Daily Mom Book Club: A World of Babies: Imagined Childcare Guides for 8 Societies

From the moment you announce your pregnancy no matter where in the world you are living, as a new mother you will be offered tons of unsolicited and oftentimes unwanted advice. Every person seems to have an opinion on what to eat, how to birth your child, and of course, how to raise them once born. In many societies, in addition to the advice of others, you will also have a myriad of books to choose from, books on attachment parenting, books on raising independent children, books that tell you to breastfeed or to bottle feed. You will literally be inundated with information all of which you must filter through your own belief system and decide what is best for your child and your family.

A World of Babies: Imagined Childcare Guides for Eight Societies, the fully revised and updated 2nd edition by Alma Gottlieb and Judy DeLoache, provides an in-depth exploration of this multi-cultural experience. The saying “it takes a village to raise a child” crosses cultural, societal, and religious boundaries demonstrating that many of our childrearing practices are similar across the globe.

Many of your choices about childrearing will likely come from the ways in which you and your partner were raised, as most of the advice to new parents comes from their families and close friends. This is a worldwide occurrence and is prevalent in some societies more than others, depending oftentimes on the proximity in which the new parents live to their extended family.



If you are a pregnant mama interested in how other societies raise their children, a new parent looking to understand the different methods utilized worldwide, or a teacher interested in understanding how some of your immigrant students may have been brought up, this is the book for you.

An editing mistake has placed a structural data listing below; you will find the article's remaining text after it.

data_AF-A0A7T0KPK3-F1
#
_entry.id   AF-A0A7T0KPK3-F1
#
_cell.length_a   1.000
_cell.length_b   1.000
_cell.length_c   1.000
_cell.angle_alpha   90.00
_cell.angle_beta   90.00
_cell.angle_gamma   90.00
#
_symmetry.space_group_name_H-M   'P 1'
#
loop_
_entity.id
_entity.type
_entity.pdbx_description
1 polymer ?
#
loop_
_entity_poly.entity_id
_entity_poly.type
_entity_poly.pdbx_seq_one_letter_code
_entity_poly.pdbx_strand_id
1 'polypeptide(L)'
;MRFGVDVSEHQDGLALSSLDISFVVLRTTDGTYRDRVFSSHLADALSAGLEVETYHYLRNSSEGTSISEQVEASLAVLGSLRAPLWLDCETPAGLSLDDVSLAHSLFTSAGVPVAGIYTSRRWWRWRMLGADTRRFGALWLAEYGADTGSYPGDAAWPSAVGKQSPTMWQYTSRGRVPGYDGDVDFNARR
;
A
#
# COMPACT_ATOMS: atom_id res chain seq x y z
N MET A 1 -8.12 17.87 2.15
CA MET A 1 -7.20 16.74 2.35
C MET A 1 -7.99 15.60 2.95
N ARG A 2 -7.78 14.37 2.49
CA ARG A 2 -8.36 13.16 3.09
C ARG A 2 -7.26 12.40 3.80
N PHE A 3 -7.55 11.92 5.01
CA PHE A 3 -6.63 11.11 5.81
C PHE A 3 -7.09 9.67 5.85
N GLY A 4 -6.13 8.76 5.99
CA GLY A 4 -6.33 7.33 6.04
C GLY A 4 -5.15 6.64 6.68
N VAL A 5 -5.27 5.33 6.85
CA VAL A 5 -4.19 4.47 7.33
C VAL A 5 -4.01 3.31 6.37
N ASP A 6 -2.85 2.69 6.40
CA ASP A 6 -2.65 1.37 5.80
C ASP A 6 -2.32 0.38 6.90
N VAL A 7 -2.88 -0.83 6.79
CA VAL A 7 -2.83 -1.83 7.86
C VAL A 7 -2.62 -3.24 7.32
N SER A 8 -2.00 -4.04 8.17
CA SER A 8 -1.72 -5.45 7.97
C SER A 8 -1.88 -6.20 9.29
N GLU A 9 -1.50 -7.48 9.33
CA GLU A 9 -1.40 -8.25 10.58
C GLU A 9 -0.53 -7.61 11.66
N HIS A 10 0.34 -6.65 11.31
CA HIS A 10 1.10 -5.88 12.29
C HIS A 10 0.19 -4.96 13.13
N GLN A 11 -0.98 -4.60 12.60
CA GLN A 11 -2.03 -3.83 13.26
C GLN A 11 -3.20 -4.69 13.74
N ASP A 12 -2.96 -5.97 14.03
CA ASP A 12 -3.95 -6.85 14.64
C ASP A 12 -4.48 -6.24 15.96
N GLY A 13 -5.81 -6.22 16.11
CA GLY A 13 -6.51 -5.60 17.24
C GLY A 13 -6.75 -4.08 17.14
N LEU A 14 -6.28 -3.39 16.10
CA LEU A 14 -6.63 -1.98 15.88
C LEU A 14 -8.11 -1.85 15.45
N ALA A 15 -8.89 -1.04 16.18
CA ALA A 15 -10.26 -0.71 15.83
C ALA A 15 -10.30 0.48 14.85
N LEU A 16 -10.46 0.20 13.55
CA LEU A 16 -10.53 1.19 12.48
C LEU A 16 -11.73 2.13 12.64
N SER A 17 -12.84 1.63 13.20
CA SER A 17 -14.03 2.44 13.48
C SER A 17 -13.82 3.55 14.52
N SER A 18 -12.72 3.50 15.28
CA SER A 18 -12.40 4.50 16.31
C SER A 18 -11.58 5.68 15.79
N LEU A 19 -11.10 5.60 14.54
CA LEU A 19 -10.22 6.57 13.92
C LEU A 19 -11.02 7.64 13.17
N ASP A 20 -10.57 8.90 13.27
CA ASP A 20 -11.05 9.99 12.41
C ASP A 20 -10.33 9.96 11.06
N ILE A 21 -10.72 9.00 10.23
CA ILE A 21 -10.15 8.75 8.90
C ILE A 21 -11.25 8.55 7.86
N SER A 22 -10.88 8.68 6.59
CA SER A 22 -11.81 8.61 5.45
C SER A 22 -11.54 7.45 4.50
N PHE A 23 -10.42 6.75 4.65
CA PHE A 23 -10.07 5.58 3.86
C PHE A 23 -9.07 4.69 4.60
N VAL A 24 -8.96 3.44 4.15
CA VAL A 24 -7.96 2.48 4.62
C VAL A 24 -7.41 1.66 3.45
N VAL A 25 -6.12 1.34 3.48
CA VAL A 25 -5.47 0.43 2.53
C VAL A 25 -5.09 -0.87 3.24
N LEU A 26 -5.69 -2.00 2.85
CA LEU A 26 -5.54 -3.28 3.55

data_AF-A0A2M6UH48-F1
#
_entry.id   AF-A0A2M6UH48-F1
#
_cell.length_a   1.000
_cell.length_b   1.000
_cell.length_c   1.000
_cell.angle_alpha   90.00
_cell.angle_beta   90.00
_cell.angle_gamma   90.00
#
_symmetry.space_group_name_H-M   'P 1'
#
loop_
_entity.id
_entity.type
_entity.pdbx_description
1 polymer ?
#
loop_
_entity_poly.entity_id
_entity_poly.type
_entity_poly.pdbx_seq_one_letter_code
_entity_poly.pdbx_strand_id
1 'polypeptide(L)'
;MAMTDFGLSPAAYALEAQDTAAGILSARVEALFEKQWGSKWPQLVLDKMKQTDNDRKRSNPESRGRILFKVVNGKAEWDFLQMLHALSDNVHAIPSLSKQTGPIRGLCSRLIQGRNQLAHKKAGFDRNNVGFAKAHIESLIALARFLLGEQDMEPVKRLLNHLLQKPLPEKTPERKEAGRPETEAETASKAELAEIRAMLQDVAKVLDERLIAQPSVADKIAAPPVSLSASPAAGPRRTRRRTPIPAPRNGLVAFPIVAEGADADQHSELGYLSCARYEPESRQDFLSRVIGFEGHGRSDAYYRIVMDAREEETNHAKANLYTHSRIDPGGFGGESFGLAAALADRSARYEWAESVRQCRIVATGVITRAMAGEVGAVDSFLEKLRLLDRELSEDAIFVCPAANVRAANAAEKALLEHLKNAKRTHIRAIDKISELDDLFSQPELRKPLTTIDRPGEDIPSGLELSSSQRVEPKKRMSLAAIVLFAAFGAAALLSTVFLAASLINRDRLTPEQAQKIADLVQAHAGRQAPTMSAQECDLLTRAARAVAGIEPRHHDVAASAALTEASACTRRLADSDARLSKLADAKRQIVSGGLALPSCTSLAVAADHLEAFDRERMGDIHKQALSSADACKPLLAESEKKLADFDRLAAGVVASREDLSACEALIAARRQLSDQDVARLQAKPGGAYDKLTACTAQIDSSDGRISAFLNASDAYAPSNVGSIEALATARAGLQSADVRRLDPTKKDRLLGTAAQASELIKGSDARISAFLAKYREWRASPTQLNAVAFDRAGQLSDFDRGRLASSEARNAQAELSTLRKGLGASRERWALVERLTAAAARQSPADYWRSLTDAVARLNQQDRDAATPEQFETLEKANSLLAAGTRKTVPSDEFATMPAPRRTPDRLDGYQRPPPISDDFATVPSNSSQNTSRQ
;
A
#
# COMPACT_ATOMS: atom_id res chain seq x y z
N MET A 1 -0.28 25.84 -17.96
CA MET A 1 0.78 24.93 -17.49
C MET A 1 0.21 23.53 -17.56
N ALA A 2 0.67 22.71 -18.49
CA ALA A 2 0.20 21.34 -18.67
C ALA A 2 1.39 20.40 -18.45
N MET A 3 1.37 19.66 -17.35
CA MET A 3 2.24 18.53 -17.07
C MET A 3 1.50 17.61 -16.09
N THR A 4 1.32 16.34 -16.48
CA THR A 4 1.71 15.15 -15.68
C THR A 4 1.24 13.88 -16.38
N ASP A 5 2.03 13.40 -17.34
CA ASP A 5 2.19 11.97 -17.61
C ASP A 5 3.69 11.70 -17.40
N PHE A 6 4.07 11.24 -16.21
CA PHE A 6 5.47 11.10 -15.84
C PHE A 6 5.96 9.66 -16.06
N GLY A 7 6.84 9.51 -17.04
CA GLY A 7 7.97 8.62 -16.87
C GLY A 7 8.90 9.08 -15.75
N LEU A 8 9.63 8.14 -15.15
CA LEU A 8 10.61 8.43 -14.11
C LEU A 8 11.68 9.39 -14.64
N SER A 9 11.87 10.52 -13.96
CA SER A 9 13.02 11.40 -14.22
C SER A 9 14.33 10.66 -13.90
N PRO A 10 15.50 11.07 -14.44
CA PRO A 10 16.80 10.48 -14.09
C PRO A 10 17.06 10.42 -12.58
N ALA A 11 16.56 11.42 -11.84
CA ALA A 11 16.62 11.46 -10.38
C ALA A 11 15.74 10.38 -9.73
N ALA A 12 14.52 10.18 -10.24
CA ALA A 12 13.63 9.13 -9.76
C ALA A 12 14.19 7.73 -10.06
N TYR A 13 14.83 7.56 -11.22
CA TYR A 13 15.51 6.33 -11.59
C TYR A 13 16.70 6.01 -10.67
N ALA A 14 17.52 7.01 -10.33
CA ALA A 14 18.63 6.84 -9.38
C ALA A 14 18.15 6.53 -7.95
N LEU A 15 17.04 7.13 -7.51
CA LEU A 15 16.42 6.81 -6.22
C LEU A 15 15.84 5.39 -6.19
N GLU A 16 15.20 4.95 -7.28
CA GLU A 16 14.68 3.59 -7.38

This “manual” style book, written in a similar fashion to other popular childrearing guides, takes an in-depth look at the birth, care, and education of babies born into eight very different societies, cultures, and countries across the globe. Each chapter begins with a little bit of history about the society to give the reader some background before the semi-fictional “author”, a created persona, begins to explain to you how your pregnancy, birthing process, and child rearing will occur in said place and time.

Whether receiving advice from a young mother about raising Guinean Muslim babies in Portugal, a grandmother regarding childrearing in contemporary China, or a kindergarten school teacher offering advice to immigrant mothers in Israel, the underlying theme of this book imparts that we are all parents simply trying our best to navigate the cultural expectations of our families and friends in our ever-changing societies.

These stories touch on concerns that plague all of us as new parents:

  • When do you announce your pregnancy?
  • Do you use a midwife or hospital?
  • Do you stay home with baby or is it safe to venture out into the world?
  • Do you breast or bottle feed?
  • Do you stay home or return to work?
  • Who will care for your child if you return to work? A grandparent? A babysitter? An elderly woman in your community?

Interestingly enough as different as each society in this book is depicted, there are truly so many similarities when it comes to the questions and concerns of all of us as parents. The interconnectedness shown throughout the text to exist between humans, especially parents, because of the love and natural instincts to protect and care for our children is fascinating. Oftentimes we see and hear so much about different societies and we think we are not at all alike; we cannot begin to understand their beliefs, values, morals, or ideals, when truly on at least some level we are so much the same. In each story the reader begins to see how the babies from the differing societies will continue to be brought up within their own cultural norms, demonstrating how different populations continue to evolve simultaneously, yet so distinctively.